With just months until the next election, conservative voters are returning to the coalition, but the opposition is gaining popularity.
Conservative voters are turning to the coalition, as the leadership contest between Scott Morrison and Anthony Albanese tightens to its closest margin since before the Covid-19 pandemic.
According to the latest Newspoll for The Australian, there has been a two-point lift in the primary vote for the ruling Liberal and National parties to 37 per cent, but the government still trails Labor on 38 per cent.
The lift in the coalition’s popularity has come at the cost of Pauline Hanson’s One Nation, which fell a point to two per cent, while support for other minor parties fell to 12 per cent. Support for the Greens remains at 11 per cent.
On a two-party-preferred basis, the coalition continues to trail Labor 47-53 per cent.
But, when voters were asked who their preferred Prime Minister would be, Mr Morrison remains the frontrunner – albeit down two points, while Mr Albanese gained four points.
Satisfaction in Mr Morrison’s performance as leader has dropped to 44 per cent, while satisfaction rose two point to 52 per cent. This is the lowest net approval rating for Mr Morrison since March 2020, at the beginning of the Covid-19 pandemic.
Last week, Mr Morrison called himself the “underdog”, and acknowledged he had a fight ahead of him in the lead up to the election.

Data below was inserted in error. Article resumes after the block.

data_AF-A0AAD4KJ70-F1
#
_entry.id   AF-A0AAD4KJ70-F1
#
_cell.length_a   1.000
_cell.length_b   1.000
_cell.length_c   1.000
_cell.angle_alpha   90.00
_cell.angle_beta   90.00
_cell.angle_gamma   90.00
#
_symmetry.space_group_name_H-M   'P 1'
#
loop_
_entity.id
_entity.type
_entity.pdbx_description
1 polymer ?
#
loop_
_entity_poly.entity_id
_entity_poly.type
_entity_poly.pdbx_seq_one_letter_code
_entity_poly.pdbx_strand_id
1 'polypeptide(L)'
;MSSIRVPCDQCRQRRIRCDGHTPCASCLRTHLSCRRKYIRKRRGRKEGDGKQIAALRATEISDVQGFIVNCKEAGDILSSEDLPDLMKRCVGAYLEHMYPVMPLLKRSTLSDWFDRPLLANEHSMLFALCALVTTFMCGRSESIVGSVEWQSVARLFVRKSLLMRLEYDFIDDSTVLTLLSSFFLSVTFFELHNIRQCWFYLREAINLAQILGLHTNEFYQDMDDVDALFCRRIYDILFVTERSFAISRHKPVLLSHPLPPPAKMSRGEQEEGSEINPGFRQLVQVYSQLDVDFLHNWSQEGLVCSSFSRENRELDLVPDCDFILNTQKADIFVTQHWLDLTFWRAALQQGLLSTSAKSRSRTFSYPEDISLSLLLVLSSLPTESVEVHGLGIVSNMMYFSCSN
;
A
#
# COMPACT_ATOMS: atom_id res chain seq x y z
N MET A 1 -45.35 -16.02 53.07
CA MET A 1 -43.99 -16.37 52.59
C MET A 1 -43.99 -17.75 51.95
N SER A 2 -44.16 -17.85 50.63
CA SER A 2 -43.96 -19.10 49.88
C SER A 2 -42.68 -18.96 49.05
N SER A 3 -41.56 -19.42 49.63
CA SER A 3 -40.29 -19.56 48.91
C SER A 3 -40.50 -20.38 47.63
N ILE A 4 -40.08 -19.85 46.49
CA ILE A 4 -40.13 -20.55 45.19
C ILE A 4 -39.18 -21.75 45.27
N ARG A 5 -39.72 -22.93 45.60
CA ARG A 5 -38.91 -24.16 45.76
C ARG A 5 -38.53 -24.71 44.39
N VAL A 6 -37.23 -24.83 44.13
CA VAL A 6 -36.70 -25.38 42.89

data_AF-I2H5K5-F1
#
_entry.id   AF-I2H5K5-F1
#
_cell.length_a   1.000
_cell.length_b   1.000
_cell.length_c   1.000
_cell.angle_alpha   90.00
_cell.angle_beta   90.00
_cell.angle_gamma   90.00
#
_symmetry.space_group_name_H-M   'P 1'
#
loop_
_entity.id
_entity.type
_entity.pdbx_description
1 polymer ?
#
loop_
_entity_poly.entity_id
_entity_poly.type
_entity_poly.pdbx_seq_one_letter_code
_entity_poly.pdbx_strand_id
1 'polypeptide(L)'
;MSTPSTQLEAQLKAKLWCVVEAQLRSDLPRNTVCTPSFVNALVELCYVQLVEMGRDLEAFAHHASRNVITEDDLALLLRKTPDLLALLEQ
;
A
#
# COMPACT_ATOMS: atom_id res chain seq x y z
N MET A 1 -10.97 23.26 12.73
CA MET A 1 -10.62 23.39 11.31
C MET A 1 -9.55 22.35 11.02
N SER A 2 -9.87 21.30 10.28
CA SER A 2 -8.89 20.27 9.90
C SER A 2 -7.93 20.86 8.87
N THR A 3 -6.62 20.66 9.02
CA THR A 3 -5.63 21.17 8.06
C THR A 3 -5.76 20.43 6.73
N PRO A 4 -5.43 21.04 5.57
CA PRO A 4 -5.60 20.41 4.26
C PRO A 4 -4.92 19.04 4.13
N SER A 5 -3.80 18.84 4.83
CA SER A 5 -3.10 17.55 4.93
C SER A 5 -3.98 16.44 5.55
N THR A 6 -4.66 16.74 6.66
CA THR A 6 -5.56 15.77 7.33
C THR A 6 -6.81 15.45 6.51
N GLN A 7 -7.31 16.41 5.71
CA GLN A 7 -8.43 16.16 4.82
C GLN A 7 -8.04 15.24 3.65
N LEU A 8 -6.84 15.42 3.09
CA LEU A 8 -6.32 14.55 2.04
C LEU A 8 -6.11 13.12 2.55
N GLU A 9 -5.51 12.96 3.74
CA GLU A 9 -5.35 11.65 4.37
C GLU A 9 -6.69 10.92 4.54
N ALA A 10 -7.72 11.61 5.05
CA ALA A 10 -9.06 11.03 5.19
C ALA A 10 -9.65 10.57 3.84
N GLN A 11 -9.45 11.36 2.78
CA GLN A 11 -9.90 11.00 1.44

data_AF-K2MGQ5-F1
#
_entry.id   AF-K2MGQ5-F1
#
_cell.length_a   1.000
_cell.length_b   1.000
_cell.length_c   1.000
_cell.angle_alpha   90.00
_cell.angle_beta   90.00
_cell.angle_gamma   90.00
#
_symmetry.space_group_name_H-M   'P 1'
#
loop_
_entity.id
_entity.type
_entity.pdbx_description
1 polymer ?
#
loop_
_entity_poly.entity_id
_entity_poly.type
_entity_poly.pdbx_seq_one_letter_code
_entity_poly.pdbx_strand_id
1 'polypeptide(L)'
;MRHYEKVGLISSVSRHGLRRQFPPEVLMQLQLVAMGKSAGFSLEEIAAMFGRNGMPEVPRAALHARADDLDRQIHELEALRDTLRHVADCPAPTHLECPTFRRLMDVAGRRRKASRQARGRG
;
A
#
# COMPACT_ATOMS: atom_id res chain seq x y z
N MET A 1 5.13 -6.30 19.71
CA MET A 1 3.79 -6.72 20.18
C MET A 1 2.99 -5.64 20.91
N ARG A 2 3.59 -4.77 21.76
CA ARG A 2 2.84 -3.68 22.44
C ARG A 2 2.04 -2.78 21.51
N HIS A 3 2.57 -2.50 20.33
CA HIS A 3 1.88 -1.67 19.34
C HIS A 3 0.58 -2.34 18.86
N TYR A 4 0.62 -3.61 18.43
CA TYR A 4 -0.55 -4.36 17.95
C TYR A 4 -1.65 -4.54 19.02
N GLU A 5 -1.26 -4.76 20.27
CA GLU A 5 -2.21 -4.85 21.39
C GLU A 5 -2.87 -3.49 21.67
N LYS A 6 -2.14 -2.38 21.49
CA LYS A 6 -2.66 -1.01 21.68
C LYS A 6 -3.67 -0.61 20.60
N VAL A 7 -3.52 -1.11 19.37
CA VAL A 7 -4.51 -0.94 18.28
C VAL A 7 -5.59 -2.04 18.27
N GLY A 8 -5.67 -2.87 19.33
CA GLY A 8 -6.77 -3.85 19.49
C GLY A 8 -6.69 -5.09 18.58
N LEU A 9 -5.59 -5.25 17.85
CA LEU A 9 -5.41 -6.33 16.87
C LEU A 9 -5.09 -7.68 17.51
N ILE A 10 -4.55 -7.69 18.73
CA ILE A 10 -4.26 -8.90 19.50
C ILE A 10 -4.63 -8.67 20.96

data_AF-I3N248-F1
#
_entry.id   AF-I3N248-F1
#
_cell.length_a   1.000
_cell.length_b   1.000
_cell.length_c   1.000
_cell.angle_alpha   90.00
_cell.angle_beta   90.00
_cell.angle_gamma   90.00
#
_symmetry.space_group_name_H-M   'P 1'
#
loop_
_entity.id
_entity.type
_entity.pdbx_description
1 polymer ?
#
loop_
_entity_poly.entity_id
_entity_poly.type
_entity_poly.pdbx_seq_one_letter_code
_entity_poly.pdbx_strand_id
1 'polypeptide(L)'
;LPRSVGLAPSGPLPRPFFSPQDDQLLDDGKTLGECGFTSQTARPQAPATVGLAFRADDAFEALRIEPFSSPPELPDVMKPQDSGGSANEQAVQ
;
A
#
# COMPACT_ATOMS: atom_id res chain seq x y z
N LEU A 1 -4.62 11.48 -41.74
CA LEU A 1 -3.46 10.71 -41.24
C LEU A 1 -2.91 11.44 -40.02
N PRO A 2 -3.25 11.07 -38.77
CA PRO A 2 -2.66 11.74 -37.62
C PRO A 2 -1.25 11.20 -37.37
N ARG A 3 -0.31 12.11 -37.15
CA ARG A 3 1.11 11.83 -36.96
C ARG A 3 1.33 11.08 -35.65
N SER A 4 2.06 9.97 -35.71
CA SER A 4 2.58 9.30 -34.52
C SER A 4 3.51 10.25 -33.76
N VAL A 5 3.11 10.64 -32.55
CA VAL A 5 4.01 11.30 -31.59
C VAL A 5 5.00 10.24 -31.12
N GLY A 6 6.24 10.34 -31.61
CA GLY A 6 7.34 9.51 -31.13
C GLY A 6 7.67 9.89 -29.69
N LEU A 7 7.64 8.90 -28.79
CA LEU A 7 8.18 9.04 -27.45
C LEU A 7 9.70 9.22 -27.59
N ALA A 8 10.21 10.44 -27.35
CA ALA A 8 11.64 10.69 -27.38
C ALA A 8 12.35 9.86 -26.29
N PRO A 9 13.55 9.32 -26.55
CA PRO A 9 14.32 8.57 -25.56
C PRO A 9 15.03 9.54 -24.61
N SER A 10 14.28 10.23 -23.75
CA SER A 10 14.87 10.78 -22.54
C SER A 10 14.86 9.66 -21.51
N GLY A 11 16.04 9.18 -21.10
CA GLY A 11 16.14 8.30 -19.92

“(To be an underdog) is not uncommon for incumbent governments, on more than one occasion that’s been the case,” he said.
“How we secure Australia’s economic recovery is the big challenge now.”
Mr Albanese’s net approval also slipped, with dissatisfaction rising to 48 per cent, while satisfaction rates remained at 37 per cent.
The poll comes as Liberal frontbenchers all-but confirmed the next federal election would not be until May next year.
Defence Minister Peter Dutton told viewers of Nine’s Today program to “buckle up” for six months of election campaigning.
Last week, the Prime Minister began his pre-election campaign, travelling around NSW and Victoria, committing funds to major projects and spruiking the government’s plan to reach net zero carbon emission by 2050.
The Opposition Leader has also begun making his way around NSW and Victoria, meeting with local candidates and hitting back at the government’s climate change plans.